Automatic PHP Updates With Cron


4/9/2013 10:00 AM

PHP Development

This guide shows how Premium Device Data can be automatically updated in a PHP environment. If you are a Lite Data user you still need to manually update your data file, or upgrade to Premium Data to keep your Device Data up to date automatically.

cronbanner Detector for PHP ensures that the Premium Data file is kept up to date by offering an update feature that will download and apply any new data released by

Unfortunately, a vanilla PHP install will only respond to web requests, so cannot be made to update by itself regularly. Instead, updates can be triggered by requesting '51DUpdate.php'. Visiting this page will cause the PHP runtime to check for a newer version of 51Degrees Device Data and install it. Before continuing any further with this guide, check that you are already able to get data updates in our user guide.

To automate this we can use a cron job, although any process that can request the webpage will have the same effect.

A cron job is a basic program used for scheduling tasks and is available in just about any Unix or Unix-style system. To work, it first needs a crontab; a file that tells the scheduler what task needs doing and how often.

Cron tabs work by specifying the time with parts seperated by a space, and then the task:

'minute hour day month day-of-week command-line-to-execute'

The asterisk indicates that the cron expression will match for all values of the field; e.g., using an asterisk in the 4th field (month) would indicate every month.

For example, our cron tab looks like this:

* * * * 4 /usr/bin/wget

Note that several *'s are used to specify that the job should happen only every thursday, as our Premium Device Data is released on wednesday every week. Also note that a full path is used for wget. Some servers implement tighter security so a cron job needs to be explicitly told exactly what command to run. Wget is used even though it isn't a browser, as it will create a web request which is sufficient to trigger the update.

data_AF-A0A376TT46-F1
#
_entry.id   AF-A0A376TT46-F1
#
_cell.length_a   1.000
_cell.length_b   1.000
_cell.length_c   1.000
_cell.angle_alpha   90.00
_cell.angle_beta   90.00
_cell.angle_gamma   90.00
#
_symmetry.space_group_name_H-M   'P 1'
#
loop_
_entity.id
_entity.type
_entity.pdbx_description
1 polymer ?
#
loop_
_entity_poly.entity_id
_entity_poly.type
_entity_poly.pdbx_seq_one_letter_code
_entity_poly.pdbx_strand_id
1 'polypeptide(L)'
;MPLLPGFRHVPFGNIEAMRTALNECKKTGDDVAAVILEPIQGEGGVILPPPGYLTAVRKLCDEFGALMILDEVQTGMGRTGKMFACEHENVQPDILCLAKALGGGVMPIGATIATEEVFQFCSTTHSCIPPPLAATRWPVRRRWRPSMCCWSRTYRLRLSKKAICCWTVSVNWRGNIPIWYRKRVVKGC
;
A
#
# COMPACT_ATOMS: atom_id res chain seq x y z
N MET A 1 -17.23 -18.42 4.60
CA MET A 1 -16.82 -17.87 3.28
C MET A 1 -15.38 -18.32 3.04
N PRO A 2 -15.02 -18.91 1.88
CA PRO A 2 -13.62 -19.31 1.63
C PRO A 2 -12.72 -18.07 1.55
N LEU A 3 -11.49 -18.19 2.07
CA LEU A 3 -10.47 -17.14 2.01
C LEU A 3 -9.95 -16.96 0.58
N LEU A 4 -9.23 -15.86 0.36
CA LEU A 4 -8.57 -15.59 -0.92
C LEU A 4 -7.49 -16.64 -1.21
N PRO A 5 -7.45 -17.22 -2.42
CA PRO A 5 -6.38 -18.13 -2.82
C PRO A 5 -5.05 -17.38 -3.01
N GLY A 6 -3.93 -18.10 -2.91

This line should be saved as an ASCII text file with a .txt extension. In this example it'll be called 'crontab.txt'. You should also use a simple text editor, as something like Microsoft Word may add extra artifacts to the file that will not work with cron.

The cronjob now needs to be added to the schedule. To do this, use an FTP client(or some other method) to copy the cronjob over to your server.

Once the file has been copied across, you need to open a terminal window and use the following command to add the file to the scheduler:

crontab crontab.txt

No output signifies a success and if an error was present, check that the crontab file is properly formatted.

51DUpdate.php will be polled according to your schedule. You can check when your data was published by using the following code:

echo $_51d_meta_data['Date'];

Note that this provides the date that the data was published, not the date it was downloaded. The data is published weekly, but if you find that you're not receiving updates see the update section of the user guide.

For more information about the crontab process, you can visit